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by Mike Buckel, Ramcharger • courtesy of the North Georgia Mopar Club
1966 was the first year that we did not have to rush car assembly for a Winternationals event. The extra time was needed, as we were building a car from scratch. We knew that the Mercury team was going with a Logge chassis with a flip-up body; we decided that the weight penalty of a self-supporting fiberglass body was too much, and went with a very light body on a rigid chassis. Remember, this was the days before carbon-fiber construction.
The chassis was simple as we had designed it and Woody built it. The body was a different story as nobody had a ’66 Dart body mold. We finally got B&N Fiberglass in Dayton, Ohio, to use a car to make a mold. The body then was modified to stretch the front fenders and move the wheel openings around.
After the body was attached, Dick Jones and I took it to Ohio to a friend of Dave Koffels for the interior. This guy was a master of thin aluminum fabrication, and within a few days it was finished.
The strategy for the car was based, for the most part, on the proven components used on the ’65 car. The wheelbase was to be long, and the car as low and light as possible. The front axle was a leaf-spring suspended-beam axle with no brakes. The 8¾-inch rear axle was retained but narrowed so that the tires fit within the body. Rear leaf springs were retained. The driver was positioned as far rearward as possible with the top of the roll cage sticking out the rear window opening. The passenger door opened for driver access. A small console was fabricated for the Torqueflite pushbuttons between the driver’s legs. The nitro-loaded, fuel-injected engine was just forward of the windshield. The transmission required the short A-100 rear extension. The driveshaft was very short. The car came in at 1,940 pounds, below the 2,000-pound target.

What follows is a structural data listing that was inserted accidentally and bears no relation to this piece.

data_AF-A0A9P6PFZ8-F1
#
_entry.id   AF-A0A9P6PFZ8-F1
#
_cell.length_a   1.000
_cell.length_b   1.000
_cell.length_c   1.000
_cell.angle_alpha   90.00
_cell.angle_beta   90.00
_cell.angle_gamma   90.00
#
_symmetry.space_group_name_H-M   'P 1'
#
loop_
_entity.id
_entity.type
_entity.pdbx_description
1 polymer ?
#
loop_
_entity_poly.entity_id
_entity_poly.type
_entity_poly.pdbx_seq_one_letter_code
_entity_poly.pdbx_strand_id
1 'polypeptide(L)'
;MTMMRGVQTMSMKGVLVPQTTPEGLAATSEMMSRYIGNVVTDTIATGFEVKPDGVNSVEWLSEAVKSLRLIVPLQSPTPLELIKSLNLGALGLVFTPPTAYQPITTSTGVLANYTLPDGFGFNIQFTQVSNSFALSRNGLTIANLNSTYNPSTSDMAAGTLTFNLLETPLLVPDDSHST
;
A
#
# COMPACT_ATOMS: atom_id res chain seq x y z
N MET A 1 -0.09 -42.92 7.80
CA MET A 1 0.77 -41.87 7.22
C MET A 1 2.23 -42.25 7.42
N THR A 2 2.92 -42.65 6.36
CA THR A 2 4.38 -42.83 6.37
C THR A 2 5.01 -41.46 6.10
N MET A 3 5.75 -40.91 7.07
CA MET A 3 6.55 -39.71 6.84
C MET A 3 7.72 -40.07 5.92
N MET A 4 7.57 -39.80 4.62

As soon as the snow melted, we began testing at Detroit Dragway. Starting with 50% nitro, we escalated to 90%. We determined that the car worked better with about 100 pounds of ballast at the rear axle and that the car was too low. Following the dragster leader Dan Knapp’s advice, we tested the big Hilborn pump and discovered it was worth a lot. This added to our confusion about what was going on with nitro inside the combustion chamber.
The car had a rather inauspicious beginning during a best of three-match race with Seaton’s Chevrolet at Detroit Dragway. We had just sold the ’65, and the buyer wanted a demonstration that we were giving him a good car and engine. The new car won the first round at 8.91 seconds at 155 mph. The tow rope was mistakenly tied to the tie rod instead of the front axle, resulting in a severe bend. The old ’65 was rolled out and nitroed up for the second round. It won the race at 9.00 seconds at 150 mph. The new buyer was happy.
Aerodynamics became a major issue as funny cars attained the 160-mph range. People who were still running in nose-up configuration were crashing, and a few died. Tom “The Mongoose” McEwen crossed the finish line at 150 mph on the roof of his Barracuda funny car.
We had a slight advantage as some of the Ramchargers had been doing NASCAR aerodynamics work. We knew, for example, that no air should be allowed under the car, a front spoiler was effective, and only a minimum amount of air should be allowed through the grille. The car soon sprouted a big front spoiler that resembled a snowplow blade and a rear spoiler to prevent the rear from getting light at high speed.
As speeds increased and ETs lowered, it became obvious, especially to the drivers, that the car would not consistently launch straight. On some tracks, we were able to adjust the rear spring shackles to make it better, then it was still off at the next track. Excessive deflection of the rear springs became the primary suspect, so Jim Thornton began design a four-bar coil-over-shock rear suspension modification.
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